CARSON CITY – The state Board of Examiners, including Gov. Brian Sandoval, today approved a contract worth up to $72 million through 2016 to set up the information technology system needed to implement the Silver State Health Insurance Exchange.
The contract with Xerox State Healthcare will allow the state to move forward with the exchange, basically a one-stop shop for purchasing health insurance. The exchanges were authorized by the Affordable Care Act, most of which was upheld in a U.S. Supreme Court decision in June.
Sandoval said he is supporting the development of a Nevada-based exchange so it can be tailored to fit the needs of Nevada residents. The alternative would be to have the federal government operate an exchange in the state. The state would still be obligated to pay for its operation beginning in 2015.
Because the federal government is paying for more than 99 percent of the cost of implementing and operating the exchange through Dec. 31, 2014, Sandoval said it was a prudent decision for the state to move forward with its own program.
The state exchange must be operational by Oct. 1, 2013.
While the development of a Nevada exchange is the right decision for the near term, Sandoval said it will have to become self-sustaining when the state has to find alternative funding sources to pay for its operation starting Jan. 1, 2015. Sandoval said he will oppose any effort to fund it via the state general fund or through an assessment on the state insurance premium tax.
One option to fund the program is an assessment on participants in the exchange.
The exchange should have to “stand on its own merits through user fees,” he said.
“I feel like I would prefer to have this state have the control over this,” Sandoval said during a lengthy discussion of the contract. “We don’t know if we were to not have our own exchange what the federal government would do and what it would look like and what they would charge the state, which we wouldn’t have any say obviously as to what that amount would be.”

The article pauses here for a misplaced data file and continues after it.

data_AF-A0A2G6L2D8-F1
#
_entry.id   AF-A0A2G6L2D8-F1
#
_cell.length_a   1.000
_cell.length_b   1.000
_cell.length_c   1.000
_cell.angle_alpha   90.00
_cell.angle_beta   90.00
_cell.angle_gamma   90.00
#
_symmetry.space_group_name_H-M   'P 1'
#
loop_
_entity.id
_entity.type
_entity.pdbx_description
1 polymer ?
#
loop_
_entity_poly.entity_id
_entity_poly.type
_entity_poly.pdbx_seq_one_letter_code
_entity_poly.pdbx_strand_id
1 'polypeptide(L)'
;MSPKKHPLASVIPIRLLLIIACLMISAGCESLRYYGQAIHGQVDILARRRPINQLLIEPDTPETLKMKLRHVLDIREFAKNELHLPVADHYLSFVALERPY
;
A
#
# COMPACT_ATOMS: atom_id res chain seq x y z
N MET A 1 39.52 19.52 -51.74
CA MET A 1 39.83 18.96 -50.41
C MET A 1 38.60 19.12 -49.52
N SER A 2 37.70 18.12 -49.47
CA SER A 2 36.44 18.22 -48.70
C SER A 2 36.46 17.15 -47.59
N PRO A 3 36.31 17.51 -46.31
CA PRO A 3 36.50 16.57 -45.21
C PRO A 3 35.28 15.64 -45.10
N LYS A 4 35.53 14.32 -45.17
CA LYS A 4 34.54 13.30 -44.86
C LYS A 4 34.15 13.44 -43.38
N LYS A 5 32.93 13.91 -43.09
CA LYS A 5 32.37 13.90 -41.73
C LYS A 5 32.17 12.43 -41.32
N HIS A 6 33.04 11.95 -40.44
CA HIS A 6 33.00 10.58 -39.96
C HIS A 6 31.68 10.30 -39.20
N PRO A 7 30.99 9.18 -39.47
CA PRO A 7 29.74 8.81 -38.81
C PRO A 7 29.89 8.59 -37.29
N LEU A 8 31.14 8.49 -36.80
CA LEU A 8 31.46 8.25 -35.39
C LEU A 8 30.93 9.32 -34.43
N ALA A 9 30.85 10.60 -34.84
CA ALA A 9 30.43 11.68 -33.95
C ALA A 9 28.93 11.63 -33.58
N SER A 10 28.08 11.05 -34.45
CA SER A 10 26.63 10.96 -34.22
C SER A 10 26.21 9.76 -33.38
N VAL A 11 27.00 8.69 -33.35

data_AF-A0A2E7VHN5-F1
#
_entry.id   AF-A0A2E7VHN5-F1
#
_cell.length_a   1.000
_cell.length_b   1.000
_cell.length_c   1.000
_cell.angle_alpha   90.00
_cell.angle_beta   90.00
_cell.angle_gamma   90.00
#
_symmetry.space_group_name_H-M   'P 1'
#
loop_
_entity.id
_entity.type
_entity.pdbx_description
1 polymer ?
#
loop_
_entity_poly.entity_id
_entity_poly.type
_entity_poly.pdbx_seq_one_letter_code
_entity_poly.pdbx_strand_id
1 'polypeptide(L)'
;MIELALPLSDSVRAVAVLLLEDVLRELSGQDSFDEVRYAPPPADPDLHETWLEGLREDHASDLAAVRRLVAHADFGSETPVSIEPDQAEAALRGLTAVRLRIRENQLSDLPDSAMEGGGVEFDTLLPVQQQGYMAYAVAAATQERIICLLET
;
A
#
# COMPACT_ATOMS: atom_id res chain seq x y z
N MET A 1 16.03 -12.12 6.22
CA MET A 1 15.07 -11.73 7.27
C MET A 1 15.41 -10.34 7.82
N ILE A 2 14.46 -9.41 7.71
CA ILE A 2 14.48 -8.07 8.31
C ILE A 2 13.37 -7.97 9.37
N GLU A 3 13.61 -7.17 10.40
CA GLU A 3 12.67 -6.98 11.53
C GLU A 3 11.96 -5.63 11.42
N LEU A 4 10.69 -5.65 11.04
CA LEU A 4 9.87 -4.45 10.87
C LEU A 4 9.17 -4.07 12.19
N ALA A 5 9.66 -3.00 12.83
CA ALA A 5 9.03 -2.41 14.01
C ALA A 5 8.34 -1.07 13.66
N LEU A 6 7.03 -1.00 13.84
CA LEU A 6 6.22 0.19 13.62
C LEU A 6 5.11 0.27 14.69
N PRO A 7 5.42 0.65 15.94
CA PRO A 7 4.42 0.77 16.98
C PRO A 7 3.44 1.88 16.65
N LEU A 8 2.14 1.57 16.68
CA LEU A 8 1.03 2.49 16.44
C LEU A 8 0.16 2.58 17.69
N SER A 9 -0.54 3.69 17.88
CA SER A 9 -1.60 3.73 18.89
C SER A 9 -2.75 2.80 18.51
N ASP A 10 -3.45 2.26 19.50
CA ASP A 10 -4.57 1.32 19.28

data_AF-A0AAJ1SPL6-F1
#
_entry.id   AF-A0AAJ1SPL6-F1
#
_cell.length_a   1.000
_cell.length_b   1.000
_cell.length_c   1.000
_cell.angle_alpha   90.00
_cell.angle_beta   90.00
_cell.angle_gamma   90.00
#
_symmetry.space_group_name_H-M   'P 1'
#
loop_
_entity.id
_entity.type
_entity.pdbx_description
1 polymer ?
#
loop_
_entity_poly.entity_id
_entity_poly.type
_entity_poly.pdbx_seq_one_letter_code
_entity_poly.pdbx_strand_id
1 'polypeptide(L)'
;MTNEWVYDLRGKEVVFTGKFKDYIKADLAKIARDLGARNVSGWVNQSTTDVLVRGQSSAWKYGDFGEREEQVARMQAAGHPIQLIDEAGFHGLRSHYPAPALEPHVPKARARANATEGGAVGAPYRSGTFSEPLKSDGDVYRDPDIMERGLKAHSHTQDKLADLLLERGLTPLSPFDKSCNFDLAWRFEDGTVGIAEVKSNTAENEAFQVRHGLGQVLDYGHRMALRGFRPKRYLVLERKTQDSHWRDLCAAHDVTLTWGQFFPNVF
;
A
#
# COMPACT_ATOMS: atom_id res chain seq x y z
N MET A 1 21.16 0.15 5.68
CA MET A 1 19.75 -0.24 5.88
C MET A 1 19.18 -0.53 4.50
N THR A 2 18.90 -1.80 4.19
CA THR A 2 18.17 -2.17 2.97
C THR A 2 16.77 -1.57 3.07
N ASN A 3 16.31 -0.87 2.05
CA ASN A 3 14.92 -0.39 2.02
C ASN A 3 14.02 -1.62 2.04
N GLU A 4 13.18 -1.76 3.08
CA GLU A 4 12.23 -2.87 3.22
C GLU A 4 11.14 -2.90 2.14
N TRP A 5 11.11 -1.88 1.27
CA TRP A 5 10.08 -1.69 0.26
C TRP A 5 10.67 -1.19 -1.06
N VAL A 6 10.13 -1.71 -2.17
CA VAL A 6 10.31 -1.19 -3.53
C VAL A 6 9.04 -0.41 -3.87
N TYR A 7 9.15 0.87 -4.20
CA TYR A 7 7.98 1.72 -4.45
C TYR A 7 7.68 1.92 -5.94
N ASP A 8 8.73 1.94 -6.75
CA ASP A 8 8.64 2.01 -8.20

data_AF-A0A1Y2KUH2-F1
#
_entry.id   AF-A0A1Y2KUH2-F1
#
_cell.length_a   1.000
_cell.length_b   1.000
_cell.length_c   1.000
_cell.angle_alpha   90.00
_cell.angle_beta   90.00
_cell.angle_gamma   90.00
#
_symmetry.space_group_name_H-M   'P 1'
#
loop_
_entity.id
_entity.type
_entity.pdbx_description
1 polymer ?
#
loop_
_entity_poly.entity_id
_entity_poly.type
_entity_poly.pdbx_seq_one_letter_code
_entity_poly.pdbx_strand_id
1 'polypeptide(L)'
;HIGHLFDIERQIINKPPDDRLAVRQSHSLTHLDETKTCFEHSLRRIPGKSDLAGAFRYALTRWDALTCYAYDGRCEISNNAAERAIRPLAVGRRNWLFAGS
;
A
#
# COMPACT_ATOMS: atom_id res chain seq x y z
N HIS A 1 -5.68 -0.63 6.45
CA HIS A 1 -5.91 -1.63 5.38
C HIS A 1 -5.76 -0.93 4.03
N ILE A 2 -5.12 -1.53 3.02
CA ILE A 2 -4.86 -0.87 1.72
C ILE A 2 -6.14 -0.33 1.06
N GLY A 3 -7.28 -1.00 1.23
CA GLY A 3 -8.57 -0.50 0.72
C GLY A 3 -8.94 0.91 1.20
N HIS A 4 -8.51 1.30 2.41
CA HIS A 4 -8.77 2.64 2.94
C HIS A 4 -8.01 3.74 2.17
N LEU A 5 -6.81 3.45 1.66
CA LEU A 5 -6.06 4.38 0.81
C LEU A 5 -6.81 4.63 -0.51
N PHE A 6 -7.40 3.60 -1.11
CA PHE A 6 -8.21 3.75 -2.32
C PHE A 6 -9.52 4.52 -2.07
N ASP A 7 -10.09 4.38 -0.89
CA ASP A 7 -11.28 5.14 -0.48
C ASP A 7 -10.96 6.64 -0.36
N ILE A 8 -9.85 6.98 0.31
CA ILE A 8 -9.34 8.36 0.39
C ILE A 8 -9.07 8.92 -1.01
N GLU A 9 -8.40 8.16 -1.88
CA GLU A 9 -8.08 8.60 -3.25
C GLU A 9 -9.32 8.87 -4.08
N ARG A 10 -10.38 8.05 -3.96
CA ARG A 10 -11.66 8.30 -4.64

Jon Hager, executive director of the exchange, said that if the Affordable Care Act is repealed following the November presidential election, the state will be able to end the contract with Xerox without penalty.
The state is still awaiting notification from the federal government that it will receive a $50 million grant to pay for the Xerox contract and other expenses of the exchange, he said. That notification is expected within the next few days.
The Board of Examiners, which also includes Attorney General Catherine Cortez Masto and Secretary of State Ross Miller, approved the contract.
Estimating enrollment in the exchange is still a work in progress. Sandoval said today he is still gathering information on the implications of expanding Medicaid eligibility allowed under the Affordable Care Act. Expanding Medicaid would likely reduce enrollment in the exchange.
Enrollment estimates for the exchange for 2014 range from a low of 119,000 to a high of 145,000, depending on the Medicaid expansion issue.
The board overseeing the exchange will meet Thursday to consider a number of issues in the ongoing development of the exchange.
Nevada’s decision to move forward with its own exchange comes after more than 70 Republican members of Congress sent a letter to the nation’s governors in June urging them to oppose the creation of health care exchanges.
Sandoval moved forward in his first days as governor in January 2011 to implement the exchange. It was created by Senate Bill 440 of the 2011 Legislature. It was passed unanimously of those voting in both the Senate and Assembly at the end of the session. Four members of the Assembly were excused and did not vote.